This year National Pet Month is running from 01 April – 04 May, and in honour of this occasion we’re sharing a collection of some of our favourite paintings of canine companions. (Don’t worry cat lovers, there’ll be a post for you too!)
People have been depicting domestic dogs for thousands of years, with the oldest images even dating back to the era of cave paintings! Over time, the representation of dogs has become more detailed and elaborate, as the bond between person and pooch strengthened and a larger range of individual breeds evolved.
Throughout history, dogs have consistently been an important symbol in art. They are often used as a visual motif in Western art, and when used in an allegorical painting, they are said to portray the attribute of fidelity personified. Dogs were the most favoured of the animal species in Renaissance and Baroque works, and as such they were very accurately represented in paintings during this time. Francesco Bonsignori is believed to have painted a dog so life-like that one of his own dogs attacked the painting!
Here are 10 reasons to give a round of a-paws for marvellous mutts:
1. They’re always leading us on new adventures.
2. They’re great to snuggle with.
According to cdc.gov, 14 – 62% of pets across the globe are allowed to share the bed with their owners. They’re very cosy bed buddies!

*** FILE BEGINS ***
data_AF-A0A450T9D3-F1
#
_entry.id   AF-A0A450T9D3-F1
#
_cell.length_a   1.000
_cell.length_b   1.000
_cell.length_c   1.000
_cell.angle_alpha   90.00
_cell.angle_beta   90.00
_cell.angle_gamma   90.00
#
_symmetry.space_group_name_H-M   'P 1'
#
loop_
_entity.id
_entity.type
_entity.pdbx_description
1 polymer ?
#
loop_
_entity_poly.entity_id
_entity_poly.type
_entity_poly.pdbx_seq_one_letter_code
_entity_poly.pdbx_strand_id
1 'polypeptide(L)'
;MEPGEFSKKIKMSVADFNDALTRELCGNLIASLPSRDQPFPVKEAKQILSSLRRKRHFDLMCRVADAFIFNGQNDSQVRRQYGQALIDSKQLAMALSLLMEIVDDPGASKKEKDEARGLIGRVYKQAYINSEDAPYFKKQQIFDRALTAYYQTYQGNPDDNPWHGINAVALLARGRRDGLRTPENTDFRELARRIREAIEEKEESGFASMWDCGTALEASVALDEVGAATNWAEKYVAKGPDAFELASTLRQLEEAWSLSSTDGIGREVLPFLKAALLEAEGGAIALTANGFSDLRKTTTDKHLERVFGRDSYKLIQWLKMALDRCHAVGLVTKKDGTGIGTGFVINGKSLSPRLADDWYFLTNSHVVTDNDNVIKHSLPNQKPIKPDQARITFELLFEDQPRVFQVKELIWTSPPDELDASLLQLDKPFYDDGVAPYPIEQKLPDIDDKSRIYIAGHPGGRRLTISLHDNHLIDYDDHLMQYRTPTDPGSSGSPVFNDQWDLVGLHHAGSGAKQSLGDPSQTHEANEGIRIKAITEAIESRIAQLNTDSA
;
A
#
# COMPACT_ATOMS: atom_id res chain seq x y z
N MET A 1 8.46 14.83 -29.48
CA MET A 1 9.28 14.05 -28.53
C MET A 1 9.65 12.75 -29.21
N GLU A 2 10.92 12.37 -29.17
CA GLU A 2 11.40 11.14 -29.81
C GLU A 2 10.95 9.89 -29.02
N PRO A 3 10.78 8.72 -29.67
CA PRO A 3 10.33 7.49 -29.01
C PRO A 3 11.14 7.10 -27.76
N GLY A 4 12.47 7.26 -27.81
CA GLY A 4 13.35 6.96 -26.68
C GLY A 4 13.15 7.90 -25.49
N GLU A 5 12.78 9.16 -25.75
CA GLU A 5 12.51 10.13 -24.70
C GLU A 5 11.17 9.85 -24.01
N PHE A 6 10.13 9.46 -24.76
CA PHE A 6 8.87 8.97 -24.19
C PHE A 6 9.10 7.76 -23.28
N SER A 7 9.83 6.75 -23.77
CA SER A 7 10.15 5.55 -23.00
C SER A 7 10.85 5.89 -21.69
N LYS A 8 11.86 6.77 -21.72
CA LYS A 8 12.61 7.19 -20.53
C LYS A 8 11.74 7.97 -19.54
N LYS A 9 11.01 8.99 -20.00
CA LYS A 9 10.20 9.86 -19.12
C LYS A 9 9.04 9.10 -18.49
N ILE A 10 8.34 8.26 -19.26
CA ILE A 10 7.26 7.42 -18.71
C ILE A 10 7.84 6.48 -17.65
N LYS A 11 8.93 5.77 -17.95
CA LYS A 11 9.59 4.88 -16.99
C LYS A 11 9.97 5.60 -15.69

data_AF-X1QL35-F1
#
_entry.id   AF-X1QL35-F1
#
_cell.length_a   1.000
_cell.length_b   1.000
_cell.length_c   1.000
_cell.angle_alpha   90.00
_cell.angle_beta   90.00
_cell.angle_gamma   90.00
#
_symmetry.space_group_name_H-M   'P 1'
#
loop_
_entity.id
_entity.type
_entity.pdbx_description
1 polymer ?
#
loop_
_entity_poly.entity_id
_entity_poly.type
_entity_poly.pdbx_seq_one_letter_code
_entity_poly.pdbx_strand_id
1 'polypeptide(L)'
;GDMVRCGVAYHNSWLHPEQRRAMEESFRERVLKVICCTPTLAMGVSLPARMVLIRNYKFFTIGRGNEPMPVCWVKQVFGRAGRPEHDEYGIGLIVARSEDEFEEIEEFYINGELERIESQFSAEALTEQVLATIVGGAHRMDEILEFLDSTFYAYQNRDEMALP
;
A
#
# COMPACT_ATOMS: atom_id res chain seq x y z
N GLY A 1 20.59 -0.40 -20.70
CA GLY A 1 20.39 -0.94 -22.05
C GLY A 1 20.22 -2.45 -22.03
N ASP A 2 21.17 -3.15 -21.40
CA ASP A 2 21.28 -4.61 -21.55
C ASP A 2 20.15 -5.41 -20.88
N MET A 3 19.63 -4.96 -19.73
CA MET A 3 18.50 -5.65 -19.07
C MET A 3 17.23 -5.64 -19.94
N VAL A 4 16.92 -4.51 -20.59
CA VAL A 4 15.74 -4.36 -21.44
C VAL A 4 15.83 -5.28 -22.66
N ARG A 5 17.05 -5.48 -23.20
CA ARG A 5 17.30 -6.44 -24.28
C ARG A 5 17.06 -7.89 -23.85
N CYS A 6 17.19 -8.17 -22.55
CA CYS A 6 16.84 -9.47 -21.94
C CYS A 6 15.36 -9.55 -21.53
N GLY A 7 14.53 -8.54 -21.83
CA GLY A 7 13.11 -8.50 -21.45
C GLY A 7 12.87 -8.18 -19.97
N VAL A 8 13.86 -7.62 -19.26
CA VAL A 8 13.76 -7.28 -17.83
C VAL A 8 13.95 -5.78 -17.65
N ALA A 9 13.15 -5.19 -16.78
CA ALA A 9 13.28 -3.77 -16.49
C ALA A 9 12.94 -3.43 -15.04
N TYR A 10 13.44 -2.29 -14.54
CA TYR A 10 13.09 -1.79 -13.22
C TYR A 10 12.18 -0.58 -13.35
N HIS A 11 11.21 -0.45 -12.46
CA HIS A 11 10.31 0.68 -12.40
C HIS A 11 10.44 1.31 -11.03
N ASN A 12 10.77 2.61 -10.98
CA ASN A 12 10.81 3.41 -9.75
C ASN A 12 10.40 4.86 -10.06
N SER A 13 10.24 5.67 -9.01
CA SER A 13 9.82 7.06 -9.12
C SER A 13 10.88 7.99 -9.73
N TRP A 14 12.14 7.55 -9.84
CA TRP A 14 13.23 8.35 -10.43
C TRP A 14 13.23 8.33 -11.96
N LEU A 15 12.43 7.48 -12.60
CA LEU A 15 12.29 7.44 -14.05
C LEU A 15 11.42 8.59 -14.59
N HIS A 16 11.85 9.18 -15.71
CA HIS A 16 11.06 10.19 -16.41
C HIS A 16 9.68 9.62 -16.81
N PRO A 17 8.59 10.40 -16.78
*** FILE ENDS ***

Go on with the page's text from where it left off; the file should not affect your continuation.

3. They make a house feel more homely.
Note: the cats aren’t helping to decorate the tree. Take from that what you will.
4. They’re adorable. Especially as puppies!
5. They feel the same way as us on a whole range of things, from having fun outdoors…
…to hating work.
6. We feel totally comfortable around them.
7. They’re fashion forward.
Even in modern day portraits, dogs are a natural artistic component. They often function as a fashion accessory or as a suggestion of the sitter’s interests and tastes.
8. They can hold their own.
Dogs started to take on an independent existence in art from as early as the latter half of the 15th century. There was a high demand for individual portraits of canines due to their reputation as objects of prestige and favour among the European ruling families, particularly in Italy. It was not until the 18th century, however, that dog portraiture became a widespread practice.
9. You can always count on them to be a true friend.
Although dogs are commonly known as “man’s best friend”, they are more specifically considered the “artist’s best friend” too, for their role as both a companion and a life model. Famous artists who loved their hounds include David Hockney, Jackson Pollock, Andy Warhol, Frida Kahlo, Georgia O’Keeffe, René Magritte, William Wegman and Pablo Picasso. Picasso died just ten days after his beloved dachshund ‘Lump’ passed away.
10. And they get up to more than we can possibly imagine…
What are your favourite dog paintings? Have a look through Bridgeman’s images and share them with us in the comments section below!